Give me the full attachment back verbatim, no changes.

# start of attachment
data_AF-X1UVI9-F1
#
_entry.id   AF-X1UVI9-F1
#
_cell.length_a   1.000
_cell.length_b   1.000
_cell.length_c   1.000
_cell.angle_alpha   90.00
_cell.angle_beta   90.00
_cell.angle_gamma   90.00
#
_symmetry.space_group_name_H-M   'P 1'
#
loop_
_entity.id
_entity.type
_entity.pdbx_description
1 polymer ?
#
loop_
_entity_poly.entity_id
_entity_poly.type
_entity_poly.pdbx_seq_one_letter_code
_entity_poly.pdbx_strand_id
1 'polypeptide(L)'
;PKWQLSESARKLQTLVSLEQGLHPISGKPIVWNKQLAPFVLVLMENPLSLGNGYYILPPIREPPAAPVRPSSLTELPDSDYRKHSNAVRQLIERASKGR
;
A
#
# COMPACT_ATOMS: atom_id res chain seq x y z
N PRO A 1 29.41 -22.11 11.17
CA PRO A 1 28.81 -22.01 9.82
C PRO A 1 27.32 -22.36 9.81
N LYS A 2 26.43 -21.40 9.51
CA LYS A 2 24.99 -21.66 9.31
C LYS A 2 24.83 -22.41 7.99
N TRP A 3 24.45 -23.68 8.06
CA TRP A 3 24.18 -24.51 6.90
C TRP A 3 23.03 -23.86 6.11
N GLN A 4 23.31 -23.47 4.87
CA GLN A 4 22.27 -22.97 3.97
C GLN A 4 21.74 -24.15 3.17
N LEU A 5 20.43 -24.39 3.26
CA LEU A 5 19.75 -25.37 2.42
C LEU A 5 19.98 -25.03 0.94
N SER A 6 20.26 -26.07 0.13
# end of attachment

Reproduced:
data_AF-X1UVI9-F1
#
_entry.id   AF-X1UVI9-F1
#
_cell.length_a   1.000
_cell.length_b   1.000
_cell.length_c   1.000
_cell.angle_alpha   90.00
_cell.angle_beta   90.00
_cell.angle_gamma   90.00
#
_symmetry.space_group_name_H-M   'P 1'
#
loop_
_entity.id
_entity.type
_entity.pdbx_description
1 polymer ?
#
loop_
_entity_poly.entity_id
_entity_poly.type
_entity_poly.pdbx_seq_one_letter_code
_entity_poly.pdbx_strand_id
1 'polypeptide(L)'
;PKWQLSESARKLQTLVSLEQGLHPISGKPIVWNKQLAPFVLVLMENPLSLGNGYYILPPIREPPAAPVRPSSLTELPDSDYRKHSNAVRQLIERASKGR
;
A
#
# COMPACT_ATOMS: atom_id res chain seq x y z
N PRO A 1 29.41 -22.11 11.17
CA PRO A 1 28.81 -22.01 9.82
C PRO A 1 27.32 -22.36 9.81
N LYS A 2 26.43 -21.40 9.51
CA LYS A 2 24.99 -21.66 9.31
C LYS A 2 24.83 -22.41 7.99
N TRP A 3 24.45 -23.68 8.06
CA TRP A 3 24.18 -24.51 6.90
C TRP A 3 23.03 -23.86 6.11
N GLN A 4 23.31 -23.47 4.87
CA GLN A 4 22.27 -22.97 3.97
C GLN A 4 21.74 -24.15 3.17
N LEU A 5 20.43 -24.39 3.26
CA LEU A 5 19.75 -25.37 2.42
C LEU A 5 19.98 -25.03 0.94
N SER A 6 20.26 -26.07 0.13